over 3 years ago
    • SueRae1's Avatar

      It's hard not to stop fears and questions and worst case scenarios from entering our head, and every one goes through this phase at least once or twice. There is no right answer and each person and case is unique. Speak with your oncologist about your treatment options and which ones make sense for you. Factors include what type and stage your cancer is, your personal and family medical history, etc. You may want to speak with an geneticist about testing, BRACA is the first one that comes to mind, but there are other panels that are now available.

      over 3 years ago
    • nancyjac's Avatar

      Actually, the most likely locations for breast cancer recurrence is the same breast (if not entirely removed), the chest wall, the lungs, bones, liver, and brain. I have had two different breast cancers (not a recurrence) in the same breast. I chose to have a bilateral mastectomy for symmetry, not because of concerns of recurrence in the other breast.

      over 3 years ago
    • Clyde's Avatar

      I know how you feel as I went through much the same thing right after I was diagnosed. Cancer is cancer regardless of the type and that first diagnosis is nasty. You are right that you won't really know anything until after the surgery so as hard as it sounds and is to accomplish, you really need to try to stop worrying and over thinking until you know what you have to worry about. It was all much easier for me once I calmed down. Can you take a quick trip somewhere? Get away for a couple of days before you start your journey. Might take your mind off things.

      over 3 years ago
    • fastdog's Avatar

      I have appendix cancer, which is rare, so I joined a PMP appendix cancer group, and before my surgery, they sent me lots and lots of literature, so it was more "official" than stuff I might find trawling the internet. I started to read it, and it scared the life out of me. I imagine, like the literature that accompanies prescriptions, they want to include every side effect and complication that could happen. I finally put the lot aside, and decided to take my chances on how the surgery and hospitalization would go, and I did just fine. What I learned from this is, everyone is going to have some things in common, but everyone is going to have his or her own experience, and trying to second-guess it before it even happens is futile. And, we've all done it. They aren't dumb things entering your head, they're legitimate fears. Take a deep breath and try to live in the present moment. Good luck to you, and let us know how it is going.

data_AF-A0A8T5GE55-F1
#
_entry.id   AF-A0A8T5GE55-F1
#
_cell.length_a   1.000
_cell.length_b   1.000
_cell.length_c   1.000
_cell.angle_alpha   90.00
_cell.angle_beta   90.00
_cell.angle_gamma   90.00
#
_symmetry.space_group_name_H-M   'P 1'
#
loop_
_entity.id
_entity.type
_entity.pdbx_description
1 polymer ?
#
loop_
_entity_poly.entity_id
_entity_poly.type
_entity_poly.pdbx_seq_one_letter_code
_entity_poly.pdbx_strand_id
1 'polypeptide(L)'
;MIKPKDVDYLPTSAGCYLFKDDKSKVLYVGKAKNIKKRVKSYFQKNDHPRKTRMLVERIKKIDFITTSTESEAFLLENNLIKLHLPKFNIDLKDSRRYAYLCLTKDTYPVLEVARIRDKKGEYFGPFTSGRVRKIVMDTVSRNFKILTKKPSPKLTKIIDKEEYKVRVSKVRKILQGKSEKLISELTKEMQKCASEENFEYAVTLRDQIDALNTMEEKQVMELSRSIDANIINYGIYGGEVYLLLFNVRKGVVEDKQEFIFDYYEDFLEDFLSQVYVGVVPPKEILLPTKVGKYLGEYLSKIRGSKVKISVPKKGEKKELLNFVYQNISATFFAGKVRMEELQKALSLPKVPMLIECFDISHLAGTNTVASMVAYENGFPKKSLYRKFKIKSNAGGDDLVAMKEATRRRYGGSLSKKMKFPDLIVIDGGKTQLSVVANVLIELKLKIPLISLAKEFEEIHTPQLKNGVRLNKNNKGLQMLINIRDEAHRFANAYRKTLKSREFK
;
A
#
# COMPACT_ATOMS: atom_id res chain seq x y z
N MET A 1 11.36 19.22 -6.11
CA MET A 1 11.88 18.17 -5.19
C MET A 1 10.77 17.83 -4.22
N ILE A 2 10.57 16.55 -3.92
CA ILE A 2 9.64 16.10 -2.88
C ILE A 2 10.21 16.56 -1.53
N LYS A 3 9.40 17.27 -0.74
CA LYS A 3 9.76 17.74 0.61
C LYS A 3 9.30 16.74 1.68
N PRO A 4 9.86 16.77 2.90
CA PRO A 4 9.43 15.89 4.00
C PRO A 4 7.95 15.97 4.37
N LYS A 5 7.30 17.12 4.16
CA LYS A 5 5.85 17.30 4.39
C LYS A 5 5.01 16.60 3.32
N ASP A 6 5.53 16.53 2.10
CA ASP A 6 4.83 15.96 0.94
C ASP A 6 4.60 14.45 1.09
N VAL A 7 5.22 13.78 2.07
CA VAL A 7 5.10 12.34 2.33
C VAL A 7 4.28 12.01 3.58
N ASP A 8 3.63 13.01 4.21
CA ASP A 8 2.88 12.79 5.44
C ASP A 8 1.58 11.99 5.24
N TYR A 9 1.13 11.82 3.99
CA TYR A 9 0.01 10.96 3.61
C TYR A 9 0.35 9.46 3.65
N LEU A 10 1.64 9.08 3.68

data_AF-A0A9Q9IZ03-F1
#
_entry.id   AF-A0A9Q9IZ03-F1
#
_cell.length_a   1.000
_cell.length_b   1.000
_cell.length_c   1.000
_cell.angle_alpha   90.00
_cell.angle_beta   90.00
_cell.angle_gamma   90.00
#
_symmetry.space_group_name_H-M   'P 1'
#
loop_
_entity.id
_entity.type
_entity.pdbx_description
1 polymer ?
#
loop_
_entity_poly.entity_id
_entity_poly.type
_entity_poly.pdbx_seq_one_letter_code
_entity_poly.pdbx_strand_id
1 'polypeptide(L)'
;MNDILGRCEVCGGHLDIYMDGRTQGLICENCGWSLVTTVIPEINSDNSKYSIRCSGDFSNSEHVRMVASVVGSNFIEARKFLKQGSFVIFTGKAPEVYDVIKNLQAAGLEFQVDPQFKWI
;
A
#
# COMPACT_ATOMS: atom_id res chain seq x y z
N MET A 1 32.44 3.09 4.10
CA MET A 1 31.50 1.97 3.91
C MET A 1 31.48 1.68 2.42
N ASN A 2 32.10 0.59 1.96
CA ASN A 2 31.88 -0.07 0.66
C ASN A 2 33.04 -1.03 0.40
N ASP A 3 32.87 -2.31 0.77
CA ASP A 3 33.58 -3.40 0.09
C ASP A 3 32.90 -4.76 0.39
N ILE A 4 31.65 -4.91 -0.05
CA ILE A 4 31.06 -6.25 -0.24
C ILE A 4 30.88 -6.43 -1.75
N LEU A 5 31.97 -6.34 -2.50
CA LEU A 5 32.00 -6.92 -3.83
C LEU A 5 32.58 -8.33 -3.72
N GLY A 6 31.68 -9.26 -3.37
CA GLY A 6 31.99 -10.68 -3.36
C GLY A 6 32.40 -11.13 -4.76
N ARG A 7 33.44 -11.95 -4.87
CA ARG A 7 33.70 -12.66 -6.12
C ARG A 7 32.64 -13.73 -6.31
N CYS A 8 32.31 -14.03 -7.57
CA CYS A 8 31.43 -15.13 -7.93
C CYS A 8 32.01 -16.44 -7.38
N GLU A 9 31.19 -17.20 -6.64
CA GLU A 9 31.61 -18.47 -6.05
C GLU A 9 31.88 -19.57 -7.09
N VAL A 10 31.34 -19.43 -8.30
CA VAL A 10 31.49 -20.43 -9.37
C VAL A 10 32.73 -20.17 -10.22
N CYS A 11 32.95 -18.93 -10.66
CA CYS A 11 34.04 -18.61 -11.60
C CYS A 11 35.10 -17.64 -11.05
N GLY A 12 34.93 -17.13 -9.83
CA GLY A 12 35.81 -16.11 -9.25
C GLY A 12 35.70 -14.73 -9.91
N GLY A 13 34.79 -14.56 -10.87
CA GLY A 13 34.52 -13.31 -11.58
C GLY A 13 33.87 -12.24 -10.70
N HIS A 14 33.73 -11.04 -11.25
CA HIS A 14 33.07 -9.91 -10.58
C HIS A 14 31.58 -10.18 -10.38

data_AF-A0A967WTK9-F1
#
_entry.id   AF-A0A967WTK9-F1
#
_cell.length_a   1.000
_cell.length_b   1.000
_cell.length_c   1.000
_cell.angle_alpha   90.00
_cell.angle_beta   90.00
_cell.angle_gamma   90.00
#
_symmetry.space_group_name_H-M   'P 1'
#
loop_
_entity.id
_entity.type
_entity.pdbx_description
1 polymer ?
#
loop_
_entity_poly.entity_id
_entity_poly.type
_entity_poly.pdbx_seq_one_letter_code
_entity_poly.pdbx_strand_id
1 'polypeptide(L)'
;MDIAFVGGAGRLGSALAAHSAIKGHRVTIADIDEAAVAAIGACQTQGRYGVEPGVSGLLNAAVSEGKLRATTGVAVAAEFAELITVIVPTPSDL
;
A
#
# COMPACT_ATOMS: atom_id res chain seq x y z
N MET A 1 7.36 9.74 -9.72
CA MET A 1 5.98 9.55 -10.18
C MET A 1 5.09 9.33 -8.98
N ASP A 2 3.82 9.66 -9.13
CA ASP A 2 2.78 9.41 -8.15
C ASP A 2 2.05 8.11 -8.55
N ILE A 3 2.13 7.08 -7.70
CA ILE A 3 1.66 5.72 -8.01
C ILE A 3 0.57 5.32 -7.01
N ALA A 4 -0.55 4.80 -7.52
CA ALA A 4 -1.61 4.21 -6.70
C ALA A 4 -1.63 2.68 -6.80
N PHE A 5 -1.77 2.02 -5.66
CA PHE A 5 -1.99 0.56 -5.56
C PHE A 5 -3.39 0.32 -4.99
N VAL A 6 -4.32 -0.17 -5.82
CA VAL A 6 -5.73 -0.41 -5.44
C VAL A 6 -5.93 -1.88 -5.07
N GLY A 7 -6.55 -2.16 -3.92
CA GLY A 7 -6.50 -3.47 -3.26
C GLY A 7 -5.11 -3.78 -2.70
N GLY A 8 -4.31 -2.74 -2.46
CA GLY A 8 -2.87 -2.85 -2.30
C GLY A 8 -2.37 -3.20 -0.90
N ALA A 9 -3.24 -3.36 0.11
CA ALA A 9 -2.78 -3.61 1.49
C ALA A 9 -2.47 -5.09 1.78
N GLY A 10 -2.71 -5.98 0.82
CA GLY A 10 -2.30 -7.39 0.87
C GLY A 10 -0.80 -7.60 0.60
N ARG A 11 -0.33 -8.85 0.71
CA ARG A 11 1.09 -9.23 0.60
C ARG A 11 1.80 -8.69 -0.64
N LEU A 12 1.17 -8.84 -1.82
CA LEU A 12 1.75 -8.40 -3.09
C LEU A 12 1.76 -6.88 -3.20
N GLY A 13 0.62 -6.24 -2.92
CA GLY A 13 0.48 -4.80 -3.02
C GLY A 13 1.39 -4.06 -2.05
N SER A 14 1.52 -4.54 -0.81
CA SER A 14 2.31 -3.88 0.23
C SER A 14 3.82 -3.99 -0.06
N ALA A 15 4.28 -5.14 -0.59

over 3 years ago
    • savingrace's Avatar

      Hi little fut, always remember no question is a dumb question if you don't know the answer. Anxiety and uncertainty is very common when we deal with issues that are new to us (especially when it comes to our health). Talk to your doctor and be completely open and honest about your feelings. Try to get a clear understanding of what he says about the results of the test that are performed and go from there with what is the best move. Follow your heart, you say your head keeps telling you to wait until you know more after all procedures are done, follow your heart. Most of the time we find our worries were not as necessary as we thought. You say you have no family, what about a close friend that you can talk to? Or talk to your doctor about a good support group. Pray and ask for "Peace", it will come.

      over 3 years ago
    • DianaL's Avatar

      Just wait til you get all the results back from your lumpectomy on Monday! I know that is hard but it is your best option. Then you will have a final path and you may not need anything more than radiation and if you you are Est+ or Proest+ then a pill for 5 years. If the results are not good then you make an informed decision regarding mastectomy. Waiting is the hardest but Monday will be here before you know it.

      over 3 years ago
    • SandiD's Avatar